Most kidding aside, naming a kid is a huge responsibility. Names are so important. Ask my mother-in-law. Her maiden name was Smelley. When she married Matt’s dad, she became a Smelley-Fisher. Maybe that’s why we poke so much fun. Seriously, your kid’s name will be his or her calling card. The name every teacher will have to learn. The first line of the resume. The first shot at acceptance or rejection by potential dates, employers and, most importantly, kids in the schoolyard.

The trend now for boys leans toward “unusual” names. I meet a new “Aidan” or “Jayden” every week. Let’s stop right there. If you want your kid’s name to stand out, try to stretch a little further than the ones that make the top 20 name lists. When I was a kid, we’d have to call kids “John A.” or “John F.” or “John S.” because we’d have three “Johns” in our class. Same story with Mikes. When parents began to get more creative, I thought the three Johns phenomenon would become an old-fashioned memory. But it’s not. Especially if your kid’s name is Aiden.

Girls name are trending toward the traditional, but the “unique” ones still enjoy some popularity. I picked “Rose” ten years before I married Matt. I loved the name since I was in my 20s and vowed to use it one day. I didn’t know it would be Grandma’s middle name. That was just a bonus. Truth be told, I probably got it from “The Golden Girls” but what the hell, I love it. It was really popular throughout the 19th Century all the way to the 1960s, when its use sharply declined, probably in favor of “Hayfever” or “Wheatgrass.” But every time I introduce her, someone says “Oh, that’s Sailor’s middle name!” or “My sister’s godson’s cousin is named Rose.” It kind of makes me freak. I thought it might be really popular and my kid would have to be “Rose F.” through school. I’m glad I just looked it up. It’s not even in the top 50, according to Babynology.com. It’s not that I’m on the “unusual” bandwagon, I just don’t want my poor kid to have to distinguish herself from others at every introduction.

Which brings up another pitfall. I see a lot of variations on traditional names and there’s nothing wrong with them, you just have to be careful which ones you use. My boss’ stepson will spend his life clarifying, “No, it’s Al-EC!” Don’t impose that on your kid. I hate it when people get my name wrong and mine isn’t even hard. For the record, it’s Maria, not Marie. I used to have to say, “Maria, like West Side Story.” I’ve made enough corrections to know how much it would suck to do it at every introduction. Your name is the first thing you tell people. Having to clarify and correct each time makes for an awkward first interaction and potential bad impression.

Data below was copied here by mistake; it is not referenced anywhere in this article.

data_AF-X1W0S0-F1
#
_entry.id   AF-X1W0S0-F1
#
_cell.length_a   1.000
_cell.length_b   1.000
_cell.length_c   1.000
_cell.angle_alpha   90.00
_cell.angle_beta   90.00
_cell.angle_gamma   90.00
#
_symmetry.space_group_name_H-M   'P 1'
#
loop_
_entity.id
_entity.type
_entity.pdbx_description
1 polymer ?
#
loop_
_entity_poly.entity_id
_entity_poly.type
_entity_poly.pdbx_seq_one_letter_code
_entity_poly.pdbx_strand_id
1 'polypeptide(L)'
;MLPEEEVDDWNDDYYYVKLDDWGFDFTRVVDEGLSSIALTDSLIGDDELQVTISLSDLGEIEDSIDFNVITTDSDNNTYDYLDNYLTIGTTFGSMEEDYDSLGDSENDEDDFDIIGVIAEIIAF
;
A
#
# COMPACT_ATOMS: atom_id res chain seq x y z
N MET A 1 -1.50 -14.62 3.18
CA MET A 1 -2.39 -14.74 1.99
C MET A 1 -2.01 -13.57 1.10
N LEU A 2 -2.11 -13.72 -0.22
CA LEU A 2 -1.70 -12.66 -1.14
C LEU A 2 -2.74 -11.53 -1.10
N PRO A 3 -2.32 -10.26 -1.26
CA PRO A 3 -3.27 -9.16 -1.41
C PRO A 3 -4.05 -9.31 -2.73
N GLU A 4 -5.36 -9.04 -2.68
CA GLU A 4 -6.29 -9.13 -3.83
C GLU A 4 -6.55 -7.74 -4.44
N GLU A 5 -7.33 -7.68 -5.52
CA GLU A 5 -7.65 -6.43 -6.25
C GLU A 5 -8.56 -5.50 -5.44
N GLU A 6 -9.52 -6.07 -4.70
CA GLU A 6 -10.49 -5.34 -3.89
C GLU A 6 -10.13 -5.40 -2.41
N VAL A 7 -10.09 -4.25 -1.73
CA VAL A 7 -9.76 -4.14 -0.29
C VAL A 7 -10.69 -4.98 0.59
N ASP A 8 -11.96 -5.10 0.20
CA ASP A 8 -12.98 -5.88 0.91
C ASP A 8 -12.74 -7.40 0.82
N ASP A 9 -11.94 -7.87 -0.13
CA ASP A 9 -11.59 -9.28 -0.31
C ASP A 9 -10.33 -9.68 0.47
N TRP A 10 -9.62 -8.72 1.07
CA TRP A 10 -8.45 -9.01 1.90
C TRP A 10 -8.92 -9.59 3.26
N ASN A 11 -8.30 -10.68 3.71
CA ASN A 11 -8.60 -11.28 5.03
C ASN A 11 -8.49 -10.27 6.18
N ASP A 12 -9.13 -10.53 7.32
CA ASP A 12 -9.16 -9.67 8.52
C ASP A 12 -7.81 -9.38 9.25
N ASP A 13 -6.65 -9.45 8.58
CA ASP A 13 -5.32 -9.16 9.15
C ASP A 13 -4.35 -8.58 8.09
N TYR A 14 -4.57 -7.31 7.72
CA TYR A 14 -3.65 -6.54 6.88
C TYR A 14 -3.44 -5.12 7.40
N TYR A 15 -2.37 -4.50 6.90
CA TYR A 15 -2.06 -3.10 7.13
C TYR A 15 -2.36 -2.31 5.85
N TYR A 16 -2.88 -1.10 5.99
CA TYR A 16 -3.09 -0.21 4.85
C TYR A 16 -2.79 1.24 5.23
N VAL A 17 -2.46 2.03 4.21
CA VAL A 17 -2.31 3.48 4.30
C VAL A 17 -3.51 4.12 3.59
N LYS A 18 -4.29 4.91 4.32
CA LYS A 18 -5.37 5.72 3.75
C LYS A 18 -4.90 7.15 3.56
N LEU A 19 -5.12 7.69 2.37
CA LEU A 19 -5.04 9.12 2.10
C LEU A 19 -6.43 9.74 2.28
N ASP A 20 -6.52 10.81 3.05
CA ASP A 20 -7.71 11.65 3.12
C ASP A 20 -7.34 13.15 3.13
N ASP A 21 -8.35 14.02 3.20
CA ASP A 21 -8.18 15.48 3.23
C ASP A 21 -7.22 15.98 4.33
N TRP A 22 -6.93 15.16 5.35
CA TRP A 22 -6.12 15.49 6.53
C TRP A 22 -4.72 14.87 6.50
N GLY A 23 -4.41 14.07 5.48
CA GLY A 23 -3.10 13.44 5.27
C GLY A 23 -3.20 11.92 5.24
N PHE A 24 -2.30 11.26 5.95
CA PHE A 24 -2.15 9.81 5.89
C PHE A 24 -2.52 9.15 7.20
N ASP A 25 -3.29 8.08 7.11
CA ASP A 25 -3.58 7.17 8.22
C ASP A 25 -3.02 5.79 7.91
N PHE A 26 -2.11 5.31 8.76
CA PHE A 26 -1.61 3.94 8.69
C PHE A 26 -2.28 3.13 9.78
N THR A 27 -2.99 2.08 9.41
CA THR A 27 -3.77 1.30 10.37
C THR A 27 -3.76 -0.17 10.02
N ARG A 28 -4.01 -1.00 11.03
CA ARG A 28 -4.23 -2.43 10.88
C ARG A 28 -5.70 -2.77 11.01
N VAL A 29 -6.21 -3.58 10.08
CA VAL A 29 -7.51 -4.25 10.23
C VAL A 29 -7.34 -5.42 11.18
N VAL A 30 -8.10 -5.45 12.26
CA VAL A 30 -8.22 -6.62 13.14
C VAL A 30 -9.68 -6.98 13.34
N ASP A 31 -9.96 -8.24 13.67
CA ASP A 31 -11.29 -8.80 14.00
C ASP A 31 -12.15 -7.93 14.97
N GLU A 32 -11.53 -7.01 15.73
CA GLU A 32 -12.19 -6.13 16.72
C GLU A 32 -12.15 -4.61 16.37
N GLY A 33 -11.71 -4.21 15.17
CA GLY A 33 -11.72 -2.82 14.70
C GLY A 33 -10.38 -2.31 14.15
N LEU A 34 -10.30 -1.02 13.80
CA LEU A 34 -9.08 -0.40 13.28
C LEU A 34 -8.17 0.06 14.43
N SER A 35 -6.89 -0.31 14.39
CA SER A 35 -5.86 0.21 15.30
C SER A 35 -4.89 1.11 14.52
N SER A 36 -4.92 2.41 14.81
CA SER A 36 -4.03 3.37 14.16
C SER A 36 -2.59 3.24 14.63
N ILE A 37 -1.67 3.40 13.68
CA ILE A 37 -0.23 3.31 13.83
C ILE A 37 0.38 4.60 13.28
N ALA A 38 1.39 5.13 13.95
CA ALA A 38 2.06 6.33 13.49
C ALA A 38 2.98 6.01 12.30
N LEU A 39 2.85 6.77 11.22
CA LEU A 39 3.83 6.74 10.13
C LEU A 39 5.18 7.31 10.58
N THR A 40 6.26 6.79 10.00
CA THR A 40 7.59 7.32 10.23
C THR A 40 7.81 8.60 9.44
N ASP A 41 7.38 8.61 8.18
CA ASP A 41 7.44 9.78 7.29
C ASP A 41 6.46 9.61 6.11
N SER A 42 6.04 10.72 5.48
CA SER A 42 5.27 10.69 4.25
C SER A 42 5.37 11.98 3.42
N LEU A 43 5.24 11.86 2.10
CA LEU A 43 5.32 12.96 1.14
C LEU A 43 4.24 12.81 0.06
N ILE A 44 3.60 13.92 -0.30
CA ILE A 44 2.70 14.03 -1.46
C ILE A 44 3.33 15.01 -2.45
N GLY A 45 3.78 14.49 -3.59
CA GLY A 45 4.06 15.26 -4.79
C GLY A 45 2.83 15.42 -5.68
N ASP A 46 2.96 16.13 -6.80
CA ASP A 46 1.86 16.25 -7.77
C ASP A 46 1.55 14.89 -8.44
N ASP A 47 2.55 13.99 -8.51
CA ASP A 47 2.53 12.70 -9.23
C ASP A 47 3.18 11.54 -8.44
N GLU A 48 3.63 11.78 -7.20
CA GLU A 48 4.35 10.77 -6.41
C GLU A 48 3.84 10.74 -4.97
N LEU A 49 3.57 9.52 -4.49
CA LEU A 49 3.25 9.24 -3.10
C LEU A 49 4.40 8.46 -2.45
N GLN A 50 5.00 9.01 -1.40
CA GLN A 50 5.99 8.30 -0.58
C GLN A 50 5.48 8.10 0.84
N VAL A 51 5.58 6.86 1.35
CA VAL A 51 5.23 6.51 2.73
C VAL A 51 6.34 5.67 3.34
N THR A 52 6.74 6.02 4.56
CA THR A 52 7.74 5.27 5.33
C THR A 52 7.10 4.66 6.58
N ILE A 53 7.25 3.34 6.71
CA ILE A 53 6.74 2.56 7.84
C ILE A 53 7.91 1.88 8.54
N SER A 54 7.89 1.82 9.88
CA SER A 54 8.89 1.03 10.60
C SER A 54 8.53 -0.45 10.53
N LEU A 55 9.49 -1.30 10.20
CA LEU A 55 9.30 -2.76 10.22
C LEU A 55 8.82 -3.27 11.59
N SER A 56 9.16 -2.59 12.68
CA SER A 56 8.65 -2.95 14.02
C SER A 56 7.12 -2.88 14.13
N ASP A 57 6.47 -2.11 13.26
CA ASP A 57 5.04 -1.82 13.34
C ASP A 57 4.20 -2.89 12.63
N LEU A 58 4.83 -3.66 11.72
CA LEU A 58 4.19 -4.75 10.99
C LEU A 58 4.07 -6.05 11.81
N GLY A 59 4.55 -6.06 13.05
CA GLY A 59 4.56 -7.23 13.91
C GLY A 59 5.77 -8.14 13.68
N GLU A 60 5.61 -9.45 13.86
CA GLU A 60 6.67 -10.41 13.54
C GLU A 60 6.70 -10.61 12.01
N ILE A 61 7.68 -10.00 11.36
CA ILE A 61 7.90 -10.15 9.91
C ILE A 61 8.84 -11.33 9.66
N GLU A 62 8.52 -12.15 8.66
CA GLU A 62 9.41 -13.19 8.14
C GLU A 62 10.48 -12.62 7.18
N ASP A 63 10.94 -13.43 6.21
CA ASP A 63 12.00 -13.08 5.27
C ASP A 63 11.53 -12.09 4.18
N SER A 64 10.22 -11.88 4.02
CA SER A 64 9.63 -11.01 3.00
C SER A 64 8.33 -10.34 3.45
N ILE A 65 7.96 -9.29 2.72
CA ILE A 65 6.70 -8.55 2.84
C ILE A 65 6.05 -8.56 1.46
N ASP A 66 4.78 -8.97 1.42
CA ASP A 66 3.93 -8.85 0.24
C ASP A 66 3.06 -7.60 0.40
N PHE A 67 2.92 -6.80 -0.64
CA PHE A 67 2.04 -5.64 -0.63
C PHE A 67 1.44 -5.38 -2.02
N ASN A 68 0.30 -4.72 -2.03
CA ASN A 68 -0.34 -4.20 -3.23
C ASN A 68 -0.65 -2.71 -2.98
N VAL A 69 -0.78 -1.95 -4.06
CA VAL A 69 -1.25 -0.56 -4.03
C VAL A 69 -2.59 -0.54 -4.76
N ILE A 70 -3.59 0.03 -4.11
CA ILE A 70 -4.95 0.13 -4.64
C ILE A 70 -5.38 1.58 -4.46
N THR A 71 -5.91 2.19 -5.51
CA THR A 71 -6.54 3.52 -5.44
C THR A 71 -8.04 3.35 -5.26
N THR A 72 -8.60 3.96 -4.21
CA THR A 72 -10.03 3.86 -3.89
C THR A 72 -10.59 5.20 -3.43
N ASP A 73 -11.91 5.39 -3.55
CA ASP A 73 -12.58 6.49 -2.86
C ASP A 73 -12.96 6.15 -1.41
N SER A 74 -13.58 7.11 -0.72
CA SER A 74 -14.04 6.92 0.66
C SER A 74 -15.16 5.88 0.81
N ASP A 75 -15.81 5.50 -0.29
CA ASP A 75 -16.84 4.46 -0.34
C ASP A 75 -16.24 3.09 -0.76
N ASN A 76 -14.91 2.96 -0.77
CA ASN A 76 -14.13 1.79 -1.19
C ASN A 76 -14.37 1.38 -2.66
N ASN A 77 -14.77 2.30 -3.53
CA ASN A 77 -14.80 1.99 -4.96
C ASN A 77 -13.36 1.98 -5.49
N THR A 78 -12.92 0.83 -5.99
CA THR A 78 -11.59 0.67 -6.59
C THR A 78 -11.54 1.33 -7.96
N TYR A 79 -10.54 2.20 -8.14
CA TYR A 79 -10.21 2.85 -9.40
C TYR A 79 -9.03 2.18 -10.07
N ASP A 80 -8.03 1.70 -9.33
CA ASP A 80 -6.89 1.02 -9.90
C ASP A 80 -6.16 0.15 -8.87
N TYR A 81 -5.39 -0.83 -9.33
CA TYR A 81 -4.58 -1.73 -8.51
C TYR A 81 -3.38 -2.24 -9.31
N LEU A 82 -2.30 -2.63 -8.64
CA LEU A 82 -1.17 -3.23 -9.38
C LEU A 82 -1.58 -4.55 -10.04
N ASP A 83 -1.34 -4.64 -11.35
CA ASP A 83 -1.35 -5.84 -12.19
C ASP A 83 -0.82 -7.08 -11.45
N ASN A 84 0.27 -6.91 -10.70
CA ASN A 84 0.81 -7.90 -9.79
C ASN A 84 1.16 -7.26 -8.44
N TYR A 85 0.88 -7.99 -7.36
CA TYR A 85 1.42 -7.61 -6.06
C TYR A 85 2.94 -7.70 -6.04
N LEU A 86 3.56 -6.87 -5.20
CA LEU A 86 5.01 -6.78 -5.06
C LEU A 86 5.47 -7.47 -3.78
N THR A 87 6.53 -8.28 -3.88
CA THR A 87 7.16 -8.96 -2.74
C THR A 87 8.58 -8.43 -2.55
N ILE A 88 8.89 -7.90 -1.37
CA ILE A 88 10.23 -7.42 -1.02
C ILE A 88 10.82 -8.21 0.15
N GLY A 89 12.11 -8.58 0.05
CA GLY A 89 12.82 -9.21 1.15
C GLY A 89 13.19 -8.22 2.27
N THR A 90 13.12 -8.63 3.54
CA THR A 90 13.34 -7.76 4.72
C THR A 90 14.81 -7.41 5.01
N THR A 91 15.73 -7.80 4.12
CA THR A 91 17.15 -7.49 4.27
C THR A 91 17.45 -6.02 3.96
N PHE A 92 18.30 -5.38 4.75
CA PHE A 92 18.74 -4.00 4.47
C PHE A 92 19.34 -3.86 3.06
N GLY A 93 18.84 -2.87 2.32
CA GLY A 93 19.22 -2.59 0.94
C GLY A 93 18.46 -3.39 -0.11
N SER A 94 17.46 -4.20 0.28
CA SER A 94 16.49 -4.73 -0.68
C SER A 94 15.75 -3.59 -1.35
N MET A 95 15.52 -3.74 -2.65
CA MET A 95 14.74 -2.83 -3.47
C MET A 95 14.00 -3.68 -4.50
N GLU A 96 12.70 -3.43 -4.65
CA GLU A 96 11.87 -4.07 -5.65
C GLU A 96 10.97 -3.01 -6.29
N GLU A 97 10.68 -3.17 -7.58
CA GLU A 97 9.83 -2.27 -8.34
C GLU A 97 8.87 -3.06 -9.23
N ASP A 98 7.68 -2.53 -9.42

And then there are those people who ruined it for everyone at reception desks and switchboards everywhere. If you want to call your kid “Amy,” go ahead. But do not fool yourself that changing the spelling will make the name unique. The only thing you accomplish by spelling it “Amyee” will be to force your daughter to spell her name to every receptionist and secretary, thereby wasting months of her life and reinforcing the resentment she has toward you for doing it in the first place. People ask ME how to spell my name, thanks to some idiot whose mom thought it would be cute to call her daughter “Maryeiah” or “Mahreea.”

One more thing: Your child’s name should grow with her. We had an 80-year-old family friend named “Sally.” Sally sounds good for an 11-year-old, but once that kid clears 17, she’s outgrown her name. When she’s 80, it’s just ridiculous. For boys, I like to imagine my kid introducing himself when he’s 17, after his voice has changed. “Hi, I’m Dylan” doesn’t cut it unless the kid’s a professional gunslinger. My best friend likes to imagine her son introducing himself as a lawyer, “I’m Corey Rabinowitz,” just doesn’t flow with “Good to meet you, Counselor.”

Throughout all the name searching, I’ve realized I’m pretty traditional when it comes to names. I don’t have anything against the latest “unusual” names, they’re just not right for my kids. We don’t know the baby’s gender, but we’re set on “Jackie” for a girl. My top picks for a boy are “Charlie,” “Sam,” and “Ozzy.” I know “Ozzy” is weird but I just like the way it sounds with “Fisher.” My husband hates “Ozzy.” It’s just as well. I think the Nobel selection committee would dismiss anyone named “Ozzy” right out of the gate.

Once we know the gender, we can either stop the boy name search or it will begin in earnest. It won’t be “Commercial” or “Hunter” or even “Ozzy” (sigh), but when we do agree on a name, it won’t be in the top 20, we’ll spell it correctly and our son can use it his whole life.